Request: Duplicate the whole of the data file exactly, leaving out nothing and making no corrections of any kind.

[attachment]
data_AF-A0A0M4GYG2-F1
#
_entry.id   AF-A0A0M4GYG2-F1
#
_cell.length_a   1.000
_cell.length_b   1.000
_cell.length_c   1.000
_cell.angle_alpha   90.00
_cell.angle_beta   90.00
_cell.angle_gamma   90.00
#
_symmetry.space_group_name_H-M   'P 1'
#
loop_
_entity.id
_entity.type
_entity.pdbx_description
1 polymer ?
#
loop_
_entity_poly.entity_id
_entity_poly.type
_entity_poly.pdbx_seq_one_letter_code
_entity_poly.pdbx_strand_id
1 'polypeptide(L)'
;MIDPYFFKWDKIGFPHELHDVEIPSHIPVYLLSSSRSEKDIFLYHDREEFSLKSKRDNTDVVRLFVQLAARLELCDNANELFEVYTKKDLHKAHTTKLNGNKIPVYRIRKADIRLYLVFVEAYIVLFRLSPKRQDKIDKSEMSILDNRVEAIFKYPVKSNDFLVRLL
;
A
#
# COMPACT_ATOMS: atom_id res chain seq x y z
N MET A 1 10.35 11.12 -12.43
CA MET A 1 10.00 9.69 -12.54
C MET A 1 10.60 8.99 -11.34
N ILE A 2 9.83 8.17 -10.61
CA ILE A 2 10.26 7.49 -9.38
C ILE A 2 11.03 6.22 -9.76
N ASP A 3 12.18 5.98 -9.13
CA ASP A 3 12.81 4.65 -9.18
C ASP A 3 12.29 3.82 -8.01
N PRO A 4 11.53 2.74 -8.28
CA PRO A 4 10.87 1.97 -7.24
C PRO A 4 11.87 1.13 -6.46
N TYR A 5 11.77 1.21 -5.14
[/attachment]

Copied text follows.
data_AF-A0A0M4GYG2-F1
#
_entry.id   AF-A0A0M4GYG2-F1
#
_cell.length_a   1.000
_cell.length_b   1.000
_cell.length_c   1.000
_cell.angle_alpha   90.00
_cell.angle_beta   90.00
_cell.angle_gamma   90.00
#
_symmetry.space_group_name_H-M   'P 1'
#
loop_
_entity.id
_entity.type
_entity.pdbx_description
1 polymer ?
#
loop_
_entity_poly.entity_id
_entity_poly.type
_entity_poly.pdbx_seq_one_letter_code
_entity_poly.pdbx_strand_id
1 'polypeptide(L)'
;MIDPYFFKWDKIGFPHELHDVEIPSHIPVYLLSSSRSEKDIFLYHDREEFSLKSKRDNTDVVRLFVQLAARLELCDNANELFEVYTKKDLHKAHTTKLNGNKIPVYRIRKADIRLYLVFVEAYIVLFRLSPKRQDKIDKSEMSILDNRVEAIFKYPVKSNDFLVRLL
;
A
#
# COMPACT_ATOMS: atom_id res chain seq x y z
N MET A 1 10.35 11.12 -12.43
CA MET A 1 10.00 9.69 -12.54
C MET A 1 10.60 8.99 -11.34
N ILE A 2 9.83 8.17 -10.61
CA ILE A 2 10.26 7.49 -9.38
C ILE A 2 11.03 6.22 -9.76
N ASP A 3 12.18 5.98 -9.13
CA ASP A 3 12.81 4.65 -9.18
C ASP A 3 12.29 3.82 -8.01
N PRO A 4 11.53 2.74 -8.28
CA PRO A 4 10.87 1.97 -7.24
C PRO A 4 11.87 1.13 -6.46
N TYR A 5 11.77 1.21 -5.14